“Trees like Moses grew by the bunches on daddy’s land,” she went on. “Daddy would be clearing a field and he’d find buried stumps and taproots of old longleaf pines—some of them cleared away a hundred years before—and he’d dig up those ol’ buried stumps and sell them for ‘fatwood’ as it was called, because they were so saturated with resin. The fatwood from those old longleaf pines was in demand for kindling for fireplaces, stoves, and such. That ancient wood, so fat and heavy with resin, had been preserved underneath the ground for so long, it would burn forever.”
As Maddie Ohlrick Genelli had predicted, the longleaf pine she’d named “Moses” had outlived her as it had her daughter, Lily Genelli, who gave birth to Maddie’s granddaughter Camila, years after both women survived Hurricane Camille in ‘69, by clinging to Moses for their lives.
“You’re right. For sure we gotta get that bag,” Purvis said, feeling for the handle of the machete tucked in the scabbard strapped to his waist.
“You think you’ll need that?” Jerry asked him. They couldn’t take any chance on losing the bag because of Purvis’s gung-ho histrionics. Had he been closer to that end of the log, he himself would have scooted on his haunches, reached over, and untangled the damned thing.
“Ya never know,” Purvis said, deftly slipping the machete out of its scabbard worn and shoddy from years of being crammed under the driver,s seat of his pick-up.
“What’s that?” Jerry said, pointing at an inert lump hunched at the splintered end of the log.
“What? Where?” Purvis said, his head swiveling this way and that.
“Over there at the end of the stump,” Jerry said, tucking in his chin and pulling his head back to give Purvis a unimpeded view of the stupefied creature half-hidden in the splintered wood. He squinched his eyes so as to decipher the long ears flat as wet leaves stuck to its back, the large eyes glossy in the thinning light. “Looks like a rabbit . . .” he whispered.
“Poor little bastid! It’s scared stiff,” Purvis said, sitting higher to peer above Jerry’s head.
The log thudded hard against something large and immovable. Instinctively, both men huddled down, lying astride to keep themselves from being tossed overboard by the jolt.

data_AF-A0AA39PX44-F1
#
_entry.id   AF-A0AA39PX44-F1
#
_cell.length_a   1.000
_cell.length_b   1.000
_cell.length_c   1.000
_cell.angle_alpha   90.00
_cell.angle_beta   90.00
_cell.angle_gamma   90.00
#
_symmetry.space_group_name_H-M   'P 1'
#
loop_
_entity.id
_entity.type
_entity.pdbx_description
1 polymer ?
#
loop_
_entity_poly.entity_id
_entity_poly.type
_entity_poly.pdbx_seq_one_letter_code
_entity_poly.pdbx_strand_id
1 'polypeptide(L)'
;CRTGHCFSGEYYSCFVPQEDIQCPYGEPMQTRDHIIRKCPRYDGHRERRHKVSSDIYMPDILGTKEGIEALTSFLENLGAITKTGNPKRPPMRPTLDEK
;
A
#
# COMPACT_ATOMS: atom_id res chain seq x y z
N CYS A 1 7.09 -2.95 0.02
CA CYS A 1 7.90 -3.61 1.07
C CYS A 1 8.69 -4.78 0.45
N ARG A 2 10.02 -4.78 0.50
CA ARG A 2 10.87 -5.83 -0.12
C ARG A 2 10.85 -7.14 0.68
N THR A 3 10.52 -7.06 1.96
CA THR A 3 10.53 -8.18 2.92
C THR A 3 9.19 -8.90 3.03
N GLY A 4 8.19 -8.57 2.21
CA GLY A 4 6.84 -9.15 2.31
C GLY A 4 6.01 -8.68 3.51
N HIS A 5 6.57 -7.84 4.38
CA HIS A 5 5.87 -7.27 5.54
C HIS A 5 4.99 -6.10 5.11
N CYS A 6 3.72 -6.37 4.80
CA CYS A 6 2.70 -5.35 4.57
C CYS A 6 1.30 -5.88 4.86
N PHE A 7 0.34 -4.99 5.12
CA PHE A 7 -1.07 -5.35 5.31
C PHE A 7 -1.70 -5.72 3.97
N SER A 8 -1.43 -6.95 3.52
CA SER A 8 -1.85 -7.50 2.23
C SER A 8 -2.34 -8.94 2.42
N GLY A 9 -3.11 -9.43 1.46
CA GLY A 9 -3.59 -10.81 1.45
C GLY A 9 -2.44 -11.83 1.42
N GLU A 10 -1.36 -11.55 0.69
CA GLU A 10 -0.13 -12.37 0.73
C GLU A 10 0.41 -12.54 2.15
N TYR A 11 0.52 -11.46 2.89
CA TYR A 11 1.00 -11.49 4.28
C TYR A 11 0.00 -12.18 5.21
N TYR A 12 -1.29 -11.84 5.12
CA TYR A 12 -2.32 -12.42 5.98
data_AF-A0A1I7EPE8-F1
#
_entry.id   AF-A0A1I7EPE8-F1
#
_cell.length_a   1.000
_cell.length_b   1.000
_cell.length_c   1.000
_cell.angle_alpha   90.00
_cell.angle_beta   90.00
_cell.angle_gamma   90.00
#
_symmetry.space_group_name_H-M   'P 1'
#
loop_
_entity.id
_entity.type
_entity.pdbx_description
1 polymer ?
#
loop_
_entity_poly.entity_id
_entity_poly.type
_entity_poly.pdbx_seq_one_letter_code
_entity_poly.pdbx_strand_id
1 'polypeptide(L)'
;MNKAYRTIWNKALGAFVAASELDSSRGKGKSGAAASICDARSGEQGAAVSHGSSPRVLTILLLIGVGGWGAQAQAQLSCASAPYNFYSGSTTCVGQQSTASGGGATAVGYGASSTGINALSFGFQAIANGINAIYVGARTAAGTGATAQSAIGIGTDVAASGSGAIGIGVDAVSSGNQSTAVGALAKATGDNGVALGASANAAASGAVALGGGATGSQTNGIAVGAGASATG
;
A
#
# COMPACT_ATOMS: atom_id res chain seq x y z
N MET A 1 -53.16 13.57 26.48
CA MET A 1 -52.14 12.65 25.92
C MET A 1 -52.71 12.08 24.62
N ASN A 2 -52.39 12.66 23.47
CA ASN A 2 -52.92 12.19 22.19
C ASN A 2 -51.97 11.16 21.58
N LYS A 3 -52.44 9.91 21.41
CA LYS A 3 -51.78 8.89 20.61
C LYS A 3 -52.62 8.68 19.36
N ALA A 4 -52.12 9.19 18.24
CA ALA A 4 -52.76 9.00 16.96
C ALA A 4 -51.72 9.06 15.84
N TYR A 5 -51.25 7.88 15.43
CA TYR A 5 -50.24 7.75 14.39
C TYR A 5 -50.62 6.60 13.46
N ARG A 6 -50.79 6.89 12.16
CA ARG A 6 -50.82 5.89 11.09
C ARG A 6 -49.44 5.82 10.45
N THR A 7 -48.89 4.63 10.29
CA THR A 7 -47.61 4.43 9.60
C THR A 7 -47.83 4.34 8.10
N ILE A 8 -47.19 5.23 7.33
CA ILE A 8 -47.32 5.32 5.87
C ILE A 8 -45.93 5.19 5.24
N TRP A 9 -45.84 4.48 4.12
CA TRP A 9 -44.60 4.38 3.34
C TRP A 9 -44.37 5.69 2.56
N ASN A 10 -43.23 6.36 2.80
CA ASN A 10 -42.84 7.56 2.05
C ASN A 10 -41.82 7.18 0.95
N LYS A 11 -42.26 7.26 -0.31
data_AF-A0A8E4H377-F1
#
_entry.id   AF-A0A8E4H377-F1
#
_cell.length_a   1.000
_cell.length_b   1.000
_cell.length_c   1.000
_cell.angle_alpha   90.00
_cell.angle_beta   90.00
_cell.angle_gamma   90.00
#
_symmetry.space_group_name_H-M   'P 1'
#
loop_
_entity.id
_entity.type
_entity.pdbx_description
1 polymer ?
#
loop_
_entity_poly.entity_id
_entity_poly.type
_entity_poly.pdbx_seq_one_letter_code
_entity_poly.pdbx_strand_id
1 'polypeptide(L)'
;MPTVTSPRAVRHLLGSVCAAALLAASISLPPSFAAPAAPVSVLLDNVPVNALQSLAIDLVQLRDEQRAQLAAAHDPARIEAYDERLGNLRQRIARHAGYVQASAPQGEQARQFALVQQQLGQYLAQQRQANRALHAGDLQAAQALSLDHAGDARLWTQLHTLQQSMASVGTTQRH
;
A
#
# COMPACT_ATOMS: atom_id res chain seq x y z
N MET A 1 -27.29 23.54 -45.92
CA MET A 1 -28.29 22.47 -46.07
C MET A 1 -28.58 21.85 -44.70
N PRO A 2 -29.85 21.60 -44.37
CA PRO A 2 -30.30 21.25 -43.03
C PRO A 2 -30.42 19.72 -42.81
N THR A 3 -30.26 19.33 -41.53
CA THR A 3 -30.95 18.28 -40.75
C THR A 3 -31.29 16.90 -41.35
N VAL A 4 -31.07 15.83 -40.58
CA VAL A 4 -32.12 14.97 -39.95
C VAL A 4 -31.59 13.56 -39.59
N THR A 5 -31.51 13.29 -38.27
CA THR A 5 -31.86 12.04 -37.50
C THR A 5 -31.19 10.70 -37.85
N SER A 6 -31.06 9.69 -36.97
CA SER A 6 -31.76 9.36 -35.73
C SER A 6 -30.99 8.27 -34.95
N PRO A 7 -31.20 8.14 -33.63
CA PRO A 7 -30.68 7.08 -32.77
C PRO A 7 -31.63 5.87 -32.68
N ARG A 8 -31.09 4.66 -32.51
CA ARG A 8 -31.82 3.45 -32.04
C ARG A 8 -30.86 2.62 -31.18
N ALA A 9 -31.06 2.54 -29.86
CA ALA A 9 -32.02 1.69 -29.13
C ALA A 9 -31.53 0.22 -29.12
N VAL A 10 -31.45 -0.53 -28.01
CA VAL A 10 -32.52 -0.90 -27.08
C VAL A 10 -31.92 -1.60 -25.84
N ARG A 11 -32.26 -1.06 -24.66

“Jesus Cha-riist! What in hell did we hit?” Purvis said, rising shakily to his feet.
“Be careful,” Jerry said, standing cautiously to test the stability of his own legs. “Looks like we’re jammed against the railroad tracks,” he said, surveying the rippling currents extending into the distance on either side of them. “The gradient rises six feet or more above the level of the street. You can barely see the tracks . . .”
The force of the wind had pushed them back so that they’d made little to no progress toward their objective on the waterway that was Coleman Avenue. All around, the darkening water moiled angrily over submerged objects whose identity they could only have guessed at.
“Looks t’me like it’s getting rougher. Like now we gonna haveta swim for it. Cryin’ out loud! We’re farther back than we were before. Eight blocks back now from what I can tell,” Purvis said. “Me and you can make it to the store holding the bag between us. Don’tcha think?”
They traded looks, both men burdened by the thought of the daunting prospect; both hoping for the best—that the store, standing on higher ground and resting on three-foot concrete pillars, was still intact.
Searching for a branch, a plank, anything he could use as a staff to help him keep his bearings Jerry looked at the accumulation of debris gathered around the log.
“Careful,” he cautioned Purvis who was by then inching his way step-by-sideways-step to reach the bag embedded in the massive tangle of broken limbs and bundles of pine leaf.
“All right, mama,” Purvis jeered, pirouetting the machete like a saber above his head.
“You’re a show-off son of a bitch, y’know that Purvis?” Jerry muttered.
“Think so?” Purvis said, teetering backward and forwards so as to rock the log even more. He liked nothing better than to see his cousin squirm.
“Goddamit! Watch it, Purvis!” Jerry screamed.
“Pussy!” Purvis snorted.
“Don’t move!” Jerry said, freezing on the spot, his gaze directed at something beyond Purvis.
Purvis jumped, teetering, rocking the log more than he meant to.